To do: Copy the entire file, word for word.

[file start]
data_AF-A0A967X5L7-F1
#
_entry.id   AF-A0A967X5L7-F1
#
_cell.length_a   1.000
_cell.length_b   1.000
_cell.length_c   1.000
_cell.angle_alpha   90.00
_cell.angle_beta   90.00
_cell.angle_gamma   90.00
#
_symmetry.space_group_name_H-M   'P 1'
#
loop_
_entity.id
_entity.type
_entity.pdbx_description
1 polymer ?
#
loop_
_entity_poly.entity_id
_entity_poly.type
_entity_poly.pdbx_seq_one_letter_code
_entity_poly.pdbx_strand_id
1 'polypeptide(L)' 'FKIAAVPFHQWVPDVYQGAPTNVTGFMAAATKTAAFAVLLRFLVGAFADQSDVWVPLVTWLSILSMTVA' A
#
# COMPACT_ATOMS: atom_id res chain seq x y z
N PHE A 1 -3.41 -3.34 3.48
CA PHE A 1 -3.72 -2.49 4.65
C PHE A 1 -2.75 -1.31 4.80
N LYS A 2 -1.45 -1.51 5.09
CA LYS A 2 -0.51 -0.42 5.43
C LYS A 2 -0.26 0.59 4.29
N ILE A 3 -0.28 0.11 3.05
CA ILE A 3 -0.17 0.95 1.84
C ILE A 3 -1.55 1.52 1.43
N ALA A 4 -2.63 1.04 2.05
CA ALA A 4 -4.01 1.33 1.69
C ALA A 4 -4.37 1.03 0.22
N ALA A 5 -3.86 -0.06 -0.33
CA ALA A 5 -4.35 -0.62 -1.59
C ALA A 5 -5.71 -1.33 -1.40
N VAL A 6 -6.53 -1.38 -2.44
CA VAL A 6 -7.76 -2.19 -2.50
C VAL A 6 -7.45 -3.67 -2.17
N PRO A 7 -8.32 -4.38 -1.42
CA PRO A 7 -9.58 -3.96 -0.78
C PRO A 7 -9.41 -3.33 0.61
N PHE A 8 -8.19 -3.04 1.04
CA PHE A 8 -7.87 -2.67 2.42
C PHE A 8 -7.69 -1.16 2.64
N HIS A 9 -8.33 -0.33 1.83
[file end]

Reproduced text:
data_AF-A0A967X5L7-F1
#
_entry.id   AF-A0A967X5L7-F1
#
_cell.length_a   1.000
_cell.length_b   1.000
_cell.length_c   1.000
_cell.angle_alpha   90.00
_cell.angle_beta   90.00
_cell.angle_gamma   90.00
#
_symmetry.space_group_name_H-M   'P 1'
#
loop_
_entity.id
_entity.type
_entity.pdbx_description
1 polymer ?
#
loop_
_entity_poly.entity_id
_entity_poly.type
_entity_poly.pdbx_seq_one_letter_code
_entity_poly.pdbx_strand_id
1 'polypeptide(L)' 'FKIAAVPFHQWVPDVYQGAPTNVTGFMAAATKTAAFAVLLRFLVGAFADQSDVWVPLVTWLSILSMTVA' A
#
# COMPACT_ATOMS: atom_id res chain seq x y z
N PHE A 1 -3.41 -3.34 3.48
CA PHE A 1 -3.72 -2.49 4.65
C PHE A 1 -2.75 -1.31 4.80
N LYS A 2 -1.45 -1.51 5.09
CA LYS A 2 -0.51 -0.42 5.43
C LYS A 2 -0.26 0.59 4.29
N ILE A 3 -0.28 0.11 3.05
CA ILE A 3 -0.17 0.95 1.84
C ILE A 3 -1.55 1.52 1.43
N ALA A 4 -2.63 1.04 2.05
CA ALA A 4 -4.01 1.33 1.69
C ALA A 4 -4.37 1.03 0.22
N ALA A 5 -3.86 -0.06 -0.33
CA ALA A 5 -4.35 -0.62 -1.59
C ALA A 5 -5.71 -1.33 -1.40
N VAL A 6 -6.53 -1.38 -2.44
CA VAL A 6 -7.76 -2.19 -2.50
C VAL A 6 -7.45 -3.67 -2.17
N PRO A 7 -8.32 -4.38 -1.42
CA PRO A 7 -9.58 -3.96 -0.78
C PRO A 7 -9.41 -3.33 0.61
N PHE A 8 -8.19 -3.04 1.04
CA PHE A 8 -7.87 -2.67 2.42
C PHE A 8 -7.69 -1.16 2.64
N HIS A 9 -8.33 -0.33 1.83